The Court Goes Full Circle: Reading J.S. Mill into the Constitution
(As a sidenote, the U.S. national government does not have police powers -- it is a government of delegated power. The states basically carved out a section of their police powers and delegated those powers to the national government.)
In his dissent in the case of Lochner v. New York (1905), Justice Holmes famously mocked attempts to read the Millian "harm principle" (via Herbert Spencer) into the Constitution. He wrote:
"The liberty of the citizen to do as he likes so long as he does not interfere with the liberty of others to do the same, which has been a shibboleth for some well-known writers, is interfered with by school laws, by the Post Office, by every state or municipal institution which takes his money for purposes thought desirable, whether he likes it or not."
Well, J.S. Mill gets the last laugh on Justice Holmes. Almost a century later, a majority of the Supreme Court endorsed precisely the principle that Holmes mocked in his opinion:
"The statutes do seek to control a personal relationship that, whether or not entitled to formal recognition in the law, is within the liberty of persons to choose without being punished as criminals. This, as a general rule, should counsel against attempts by the State, or a court, to define the meaning of the relationship or to set its boundaries absent injury to a person or abuse of an institution the law protects."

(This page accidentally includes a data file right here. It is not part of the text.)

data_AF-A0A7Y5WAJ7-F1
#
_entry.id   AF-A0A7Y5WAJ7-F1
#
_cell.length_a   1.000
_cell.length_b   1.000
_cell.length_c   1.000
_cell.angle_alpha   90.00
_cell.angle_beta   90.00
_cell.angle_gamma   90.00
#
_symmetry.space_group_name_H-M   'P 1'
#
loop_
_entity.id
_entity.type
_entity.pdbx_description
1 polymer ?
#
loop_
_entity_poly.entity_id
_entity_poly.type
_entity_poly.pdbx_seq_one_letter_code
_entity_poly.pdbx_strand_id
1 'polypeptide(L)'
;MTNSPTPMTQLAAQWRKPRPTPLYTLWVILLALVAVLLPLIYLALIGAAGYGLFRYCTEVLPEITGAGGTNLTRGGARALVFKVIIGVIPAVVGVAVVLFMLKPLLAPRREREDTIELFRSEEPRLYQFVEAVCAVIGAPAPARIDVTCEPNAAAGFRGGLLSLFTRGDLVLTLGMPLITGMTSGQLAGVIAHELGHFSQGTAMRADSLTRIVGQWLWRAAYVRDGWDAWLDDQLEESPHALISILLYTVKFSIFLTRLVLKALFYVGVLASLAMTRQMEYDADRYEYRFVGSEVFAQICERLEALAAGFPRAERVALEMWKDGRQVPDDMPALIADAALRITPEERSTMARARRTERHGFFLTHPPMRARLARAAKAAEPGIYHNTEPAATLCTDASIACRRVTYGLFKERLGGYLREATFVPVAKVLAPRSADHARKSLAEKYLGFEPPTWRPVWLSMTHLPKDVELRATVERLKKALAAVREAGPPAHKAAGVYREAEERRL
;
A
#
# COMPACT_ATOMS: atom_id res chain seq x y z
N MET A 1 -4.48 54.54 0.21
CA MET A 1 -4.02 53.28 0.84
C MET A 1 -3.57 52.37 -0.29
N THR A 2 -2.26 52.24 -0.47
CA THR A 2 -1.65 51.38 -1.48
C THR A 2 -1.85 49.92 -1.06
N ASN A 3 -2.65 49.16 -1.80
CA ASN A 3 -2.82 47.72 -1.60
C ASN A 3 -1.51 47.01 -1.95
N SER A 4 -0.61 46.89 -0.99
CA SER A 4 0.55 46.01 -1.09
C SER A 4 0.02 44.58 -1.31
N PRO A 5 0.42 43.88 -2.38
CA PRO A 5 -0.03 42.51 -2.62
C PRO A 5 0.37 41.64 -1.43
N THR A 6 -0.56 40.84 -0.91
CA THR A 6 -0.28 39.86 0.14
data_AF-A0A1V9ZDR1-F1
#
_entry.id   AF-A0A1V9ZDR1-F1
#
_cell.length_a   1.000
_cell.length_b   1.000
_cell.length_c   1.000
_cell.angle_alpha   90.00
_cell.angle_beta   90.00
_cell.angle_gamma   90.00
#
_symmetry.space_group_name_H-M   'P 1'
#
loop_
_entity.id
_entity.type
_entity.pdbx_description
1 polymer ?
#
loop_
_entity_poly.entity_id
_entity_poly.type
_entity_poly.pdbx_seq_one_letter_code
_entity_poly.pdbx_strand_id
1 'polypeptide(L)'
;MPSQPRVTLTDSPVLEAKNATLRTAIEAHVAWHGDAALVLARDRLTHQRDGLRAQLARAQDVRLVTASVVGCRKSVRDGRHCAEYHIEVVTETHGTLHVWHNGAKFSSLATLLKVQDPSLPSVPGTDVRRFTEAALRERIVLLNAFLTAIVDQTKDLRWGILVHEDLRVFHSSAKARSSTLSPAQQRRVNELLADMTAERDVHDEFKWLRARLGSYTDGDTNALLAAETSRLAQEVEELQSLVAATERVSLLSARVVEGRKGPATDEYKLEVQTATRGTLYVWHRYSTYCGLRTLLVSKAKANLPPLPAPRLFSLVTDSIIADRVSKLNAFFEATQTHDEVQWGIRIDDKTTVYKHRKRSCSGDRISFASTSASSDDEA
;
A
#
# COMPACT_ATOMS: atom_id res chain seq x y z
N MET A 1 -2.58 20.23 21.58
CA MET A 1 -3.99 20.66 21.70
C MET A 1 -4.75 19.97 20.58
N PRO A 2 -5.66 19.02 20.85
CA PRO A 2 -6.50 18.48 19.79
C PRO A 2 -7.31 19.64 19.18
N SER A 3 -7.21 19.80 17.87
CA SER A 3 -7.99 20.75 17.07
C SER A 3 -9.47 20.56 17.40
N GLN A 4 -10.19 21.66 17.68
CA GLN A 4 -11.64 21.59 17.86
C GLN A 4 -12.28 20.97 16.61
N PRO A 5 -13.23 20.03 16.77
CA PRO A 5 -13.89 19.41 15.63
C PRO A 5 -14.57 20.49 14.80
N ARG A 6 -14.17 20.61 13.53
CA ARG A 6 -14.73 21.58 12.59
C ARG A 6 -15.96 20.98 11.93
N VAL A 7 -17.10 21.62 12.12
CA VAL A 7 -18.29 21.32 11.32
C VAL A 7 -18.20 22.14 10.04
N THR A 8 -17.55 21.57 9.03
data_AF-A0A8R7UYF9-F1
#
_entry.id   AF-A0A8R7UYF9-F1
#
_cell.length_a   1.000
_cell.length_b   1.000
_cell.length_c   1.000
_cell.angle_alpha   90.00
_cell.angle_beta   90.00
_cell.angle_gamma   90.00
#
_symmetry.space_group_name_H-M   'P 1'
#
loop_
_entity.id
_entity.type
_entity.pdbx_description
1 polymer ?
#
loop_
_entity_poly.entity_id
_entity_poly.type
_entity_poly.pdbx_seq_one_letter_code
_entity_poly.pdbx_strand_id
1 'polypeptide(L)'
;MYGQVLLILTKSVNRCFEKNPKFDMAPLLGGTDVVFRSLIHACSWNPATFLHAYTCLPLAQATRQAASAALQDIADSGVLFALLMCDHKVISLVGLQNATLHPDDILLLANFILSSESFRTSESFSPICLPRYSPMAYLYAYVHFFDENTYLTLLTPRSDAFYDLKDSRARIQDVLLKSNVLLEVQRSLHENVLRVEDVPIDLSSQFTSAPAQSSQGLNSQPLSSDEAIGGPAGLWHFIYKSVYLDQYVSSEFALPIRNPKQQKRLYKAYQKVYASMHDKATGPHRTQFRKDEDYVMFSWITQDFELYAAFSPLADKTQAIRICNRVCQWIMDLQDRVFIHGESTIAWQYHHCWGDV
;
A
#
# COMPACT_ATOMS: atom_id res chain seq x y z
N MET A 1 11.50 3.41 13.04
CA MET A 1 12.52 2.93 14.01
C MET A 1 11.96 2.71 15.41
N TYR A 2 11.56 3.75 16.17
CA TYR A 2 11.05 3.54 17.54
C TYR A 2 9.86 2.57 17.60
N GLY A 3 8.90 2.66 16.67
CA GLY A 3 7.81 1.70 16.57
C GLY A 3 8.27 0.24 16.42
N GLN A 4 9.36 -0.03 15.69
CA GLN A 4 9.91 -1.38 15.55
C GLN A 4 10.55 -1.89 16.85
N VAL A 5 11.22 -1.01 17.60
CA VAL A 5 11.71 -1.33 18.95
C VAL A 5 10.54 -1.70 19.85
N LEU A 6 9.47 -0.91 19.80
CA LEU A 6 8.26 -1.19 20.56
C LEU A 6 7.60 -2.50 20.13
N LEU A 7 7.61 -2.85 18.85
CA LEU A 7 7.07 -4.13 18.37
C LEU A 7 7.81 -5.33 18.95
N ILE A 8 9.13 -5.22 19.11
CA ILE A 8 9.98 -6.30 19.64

The last sentence there is just a restatement of the "well-known shibboleth" that Holmes decries in his dissent.
The irony, of course, is that Lochner v. New York remains one of the most vilified cases of the 20th Century. It was tought definitively rejected, at least as applied to ordinary socio-economic legislation, by the late 1930s. A variant of the doctrine, however, climbed back into the Court's jurisprudence in the "privacy" decisions of Griswold and Roe v. Wade. It now seems to have come full circle, with the Supreme Court once again endorsing the Millian presumption as a matter of constitutional law.
I probably wouldn't mind it so much if I thought it would be applied broadly, to attempts by states to regulate all types of relationships. (I remember William F. Buckley once quipping the question whether liberty also protected "capitalistic acts between consenting adults.") But I have a feeling that it will be used selectively by the courts to strike down laws with which the judge personally disagrees, rather than being applied in a principled fashion.